(As a random side note. I’m not sure why, but at some point in time I developed the bad habit of wanting to spell stomach, stomache. Not sure where it came from, but I have to consciously correct myself to keep from doing it. Odd. Anyway.)
This happens to me all the time. I have to write an important e-mail for work or to a friend or for some other reason. And I write the e-mail and I re-read the e-mail. (In the case of a potential query I send the e-mail to two different e-mail accounts and re-read it from both of those accounts to see if there are funky formatting issues or if I somehow spelled things wrong.) I edit the e-mail. I spellcheck the e-mail. I read it again. I edit it again. I spellcheck it again. I read it one last time. I hit send.
And then I have this panicked moment where I wonder stupid things like: “Oh my god, did I just send that to the wrong person?” or (for the query e-mails) “Did I forget to remove the FWD: from the title line of the e-mail?” or “I forgot to verify the spelling of that person’s last name that’s all consonants and twenty characters long. Shit.”
So I frantically go to my sent items and check for whatever paranoid delusional thought has hold of my mind. And usually it’s ok. Because if it’s an important enough e-mail I’ve checked it about ten times already.
But every once in a while…that little nagging feeling is legitimate.
When this happens, the immediate instinct is to correct the situation. Apologize. Recall the message. What have you.
Especially think long and hard about issuing a message recall. This used to happen at my old employer about every six months or so. Someone would send out an e-mail they shouldn’t have. Let’s say, for example, a draft HR memo on the new benefits system. It’d hit my in box along with the three hundred other e-mails I’d gotten that day.
I didn’t care about that e-mail. It was number 299 on my list of priorities for the day. Until I saw the recall notice. Then I was intrigued. Hmm. Maybe they’d accidentally sent out an e-mail listing all the senior executive’s compensation instead of a memo on the new benefits system. Well, only one way to find out. Read the original e-mail.
So, now an e-mail that I wouldn’t have thought twice about moved to number one on the list. (And don’t ask me how I was able to read recalled messages, but I was. Something about either already having clicked on them, so it had to get my permission to recall them. Or I think I could go and click on the original message as long as I didn’t click on the recall notice first. And I seem to remember that recall notices didn’t work on the Blackberry.)
However I did it, a recall message notice had the exact opposite effect of what the sender intended. So, if you’re in that situation, consider the innocuous alternative of, “Here is an updated version of that HR memo. Sorry for the confusion, but the prior version was missing contact information on page 3. Please read this memo instead.”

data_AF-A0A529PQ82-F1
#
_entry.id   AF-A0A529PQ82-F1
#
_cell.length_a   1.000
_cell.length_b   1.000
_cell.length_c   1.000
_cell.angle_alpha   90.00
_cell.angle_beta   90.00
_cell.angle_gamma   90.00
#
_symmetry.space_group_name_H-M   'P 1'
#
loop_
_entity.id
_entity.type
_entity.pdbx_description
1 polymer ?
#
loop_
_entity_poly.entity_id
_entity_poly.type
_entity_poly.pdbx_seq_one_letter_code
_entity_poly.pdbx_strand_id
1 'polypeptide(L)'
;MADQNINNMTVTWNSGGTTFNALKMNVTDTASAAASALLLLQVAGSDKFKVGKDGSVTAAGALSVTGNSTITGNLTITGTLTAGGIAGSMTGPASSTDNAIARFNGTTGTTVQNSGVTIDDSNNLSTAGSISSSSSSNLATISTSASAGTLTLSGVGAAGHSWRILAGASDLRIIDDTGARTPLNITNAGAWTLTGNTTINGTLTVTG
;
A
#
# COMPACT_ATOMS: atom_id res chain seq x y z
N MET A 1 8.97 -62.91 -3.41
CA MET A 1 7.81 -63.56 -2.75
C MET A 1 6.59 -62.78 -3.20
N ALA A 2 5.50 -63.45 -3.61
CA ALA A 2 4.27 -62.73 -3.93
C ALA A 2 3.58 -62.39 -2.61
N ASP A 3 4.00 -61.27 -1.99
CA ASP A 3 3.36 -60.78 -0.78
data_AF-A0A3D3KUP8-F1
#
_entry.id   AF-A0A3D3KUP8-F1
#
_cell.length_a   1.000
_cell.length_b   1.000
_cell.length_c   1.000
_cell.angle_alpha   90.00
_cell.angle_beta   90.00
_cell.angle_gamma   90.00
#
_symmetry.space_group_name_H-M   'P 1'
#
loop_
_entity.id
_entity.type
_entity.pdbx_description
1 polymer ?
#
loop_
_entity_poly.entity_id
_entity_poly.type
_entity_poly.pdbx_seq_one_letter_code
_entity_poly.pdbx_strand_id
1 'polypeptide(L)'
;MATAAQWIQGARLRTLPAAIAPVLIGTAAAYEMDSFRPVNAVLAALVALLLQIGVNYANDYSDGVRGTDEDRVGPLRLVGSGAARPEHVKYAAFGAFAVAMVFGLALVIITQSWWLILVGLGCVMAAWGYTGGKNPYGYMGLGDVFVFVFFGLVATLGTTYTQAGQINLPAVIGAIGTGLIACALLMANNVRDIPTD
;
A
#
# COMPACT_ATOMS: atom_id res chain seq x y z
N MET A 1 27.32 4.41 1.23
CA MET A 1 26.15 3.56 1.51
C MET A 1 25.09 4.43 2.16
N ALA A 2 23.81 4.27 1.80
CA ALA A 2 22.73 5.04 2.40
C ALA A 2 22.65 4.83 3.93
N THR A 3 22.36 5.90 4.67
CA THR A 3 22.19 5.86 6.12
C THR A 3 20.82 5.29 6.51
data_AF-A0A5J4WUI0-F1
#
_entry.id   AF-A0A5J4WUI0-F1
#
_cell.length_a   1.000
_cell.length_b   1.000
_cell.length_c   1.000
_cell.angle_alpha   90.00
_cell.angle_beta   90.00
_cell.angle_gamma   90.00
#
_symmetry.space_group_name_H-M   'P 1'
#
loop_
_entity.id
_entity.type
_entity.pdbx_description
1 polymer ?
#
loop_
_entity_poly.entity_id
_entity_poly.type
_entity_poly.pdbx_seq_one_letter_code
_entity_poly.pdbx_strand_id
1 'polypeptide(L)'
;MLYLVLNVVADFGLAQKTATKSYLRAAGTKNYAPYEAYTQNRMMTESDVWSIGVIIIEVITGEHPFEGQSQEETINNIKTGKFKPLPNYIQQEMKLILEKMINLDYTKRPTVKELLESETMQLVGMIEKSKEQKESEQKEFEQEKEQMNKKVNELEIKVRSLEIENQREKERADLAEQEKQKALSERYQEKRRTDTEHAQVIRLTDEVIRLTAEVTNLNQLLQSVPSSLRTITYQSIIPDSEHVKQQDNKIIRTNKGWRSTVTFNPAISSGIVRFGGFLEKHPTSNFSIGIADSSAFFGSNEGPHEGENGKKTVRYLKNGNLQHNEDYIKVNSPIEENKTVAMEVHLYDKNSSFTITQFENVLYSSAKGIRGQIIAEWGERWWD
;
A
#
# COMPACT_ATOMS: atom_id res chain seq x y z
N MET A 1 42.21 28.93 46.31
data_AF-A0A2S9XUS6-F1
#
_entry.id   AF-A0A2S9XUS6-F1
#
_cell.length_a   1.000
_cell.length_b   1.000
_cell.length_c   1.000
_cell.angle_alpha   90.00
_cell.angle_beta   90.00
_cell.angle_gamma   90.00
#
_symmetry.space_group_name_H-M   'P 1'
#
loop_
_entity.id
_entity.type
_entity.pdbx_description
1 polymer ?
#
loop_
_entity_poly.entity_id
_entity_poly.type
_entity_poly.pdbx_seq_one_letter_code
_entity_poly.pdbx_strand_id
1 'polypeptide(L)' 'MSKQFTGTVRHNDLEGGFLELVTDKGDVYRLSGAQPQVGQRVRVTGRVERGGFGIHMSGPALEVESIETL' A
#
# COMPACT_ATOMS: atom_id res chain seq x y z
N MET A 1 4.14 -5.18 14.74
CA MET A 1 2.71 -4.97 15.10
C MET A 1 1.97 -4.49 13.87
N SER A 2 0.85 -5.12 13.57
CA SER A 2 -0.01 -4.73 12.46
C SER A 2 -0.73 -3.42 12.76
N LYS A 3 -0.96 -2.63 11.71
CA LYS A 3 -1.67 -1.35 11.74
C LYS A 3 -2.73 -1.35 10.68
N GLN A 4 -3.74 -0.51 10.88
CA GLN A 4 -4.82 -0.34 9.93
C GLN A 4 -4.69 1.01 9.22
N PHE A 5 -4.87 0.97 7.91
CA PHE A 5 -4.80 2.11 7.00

Might be a lie. But most people won’t care and will delete that prior e-mail without much thought because they have better things to do than read your prior e-mail that was missing contact info on page 3.
So, what do you do if you’ve sent something that has a stupid error and you realized it right after you sent it? Maybe you sent a query e-mail and used “Mr.” instead of “Ms.” Or you sent your boss an e-mail that has two misspelled words and you only realized it after the fact.
In my opinion, at that point in time, you let it slide. If it’s a little issue like that, you should have caught it before you sent the e-mail. But you’re just going to dig a deeper hole for yourself if you send a follow-up e-mail right after pointing out the issue. It’s possible the other person won’t even notice if you don’t point it out. Take a deep breath, swear to proofread better in the future, and move on.
(Chances are the agent won’t reject your query for one typo and your boss won’t fire you for one misspelled word. And if they would, and you’re the type to make those errors regularly, well, you’re probably better off elsewhere anyway.)
Now, sometimes it’s a bigger issue. You send your boss the schedule of what have you and forget to actually attach the file. I’ve done this. And I usually realize about twenty seconds after I hit send. Sometimes I wait about five minutes to see if anyone points it out to me. If so, then I can say, “My apologies. John just pointed out that I’d forgotten the attachment. Here it is.” Otherwise I follow-up with another e-mail and attach it, because you don’t want your boss to review that e-mail at 2 AM (like mine used to) and realize that there’s no attachment. If you see the error, fix the error.
Bottom line on this: We all make mistakes. When you do, DO NOT PANIC. Figure out how serious a mistake it really is. If it’s minor, let it slide. Acknowledge it if someone else points it out, but otherwise let it go. If it’s more serious, fix is promptly and professionally. No need to grovel or engage in excessive apologies. Just make it right.
Oh, and added bonus tip. If someone sends an e-mail to a large distribution list and you’d like to make a comment about that e-mail that doesn’t need to go to the whole entire list, use REPLY and not REPLY ALL. I can’t tell you how many times I’ve had to see some stupid conversation on my e-mail because someone hit reply all to say something that no one else needed to know.
Example: Updated Time Reporting e-mail sent to all employees. Reply: “Did you get my time report for the week of June 15th?” Don’t do this. (Sometimes I’m tempted to reply to the person just for kicks, but I don’t. I just put that person on a list of people I don’t want on any of my projects ever.)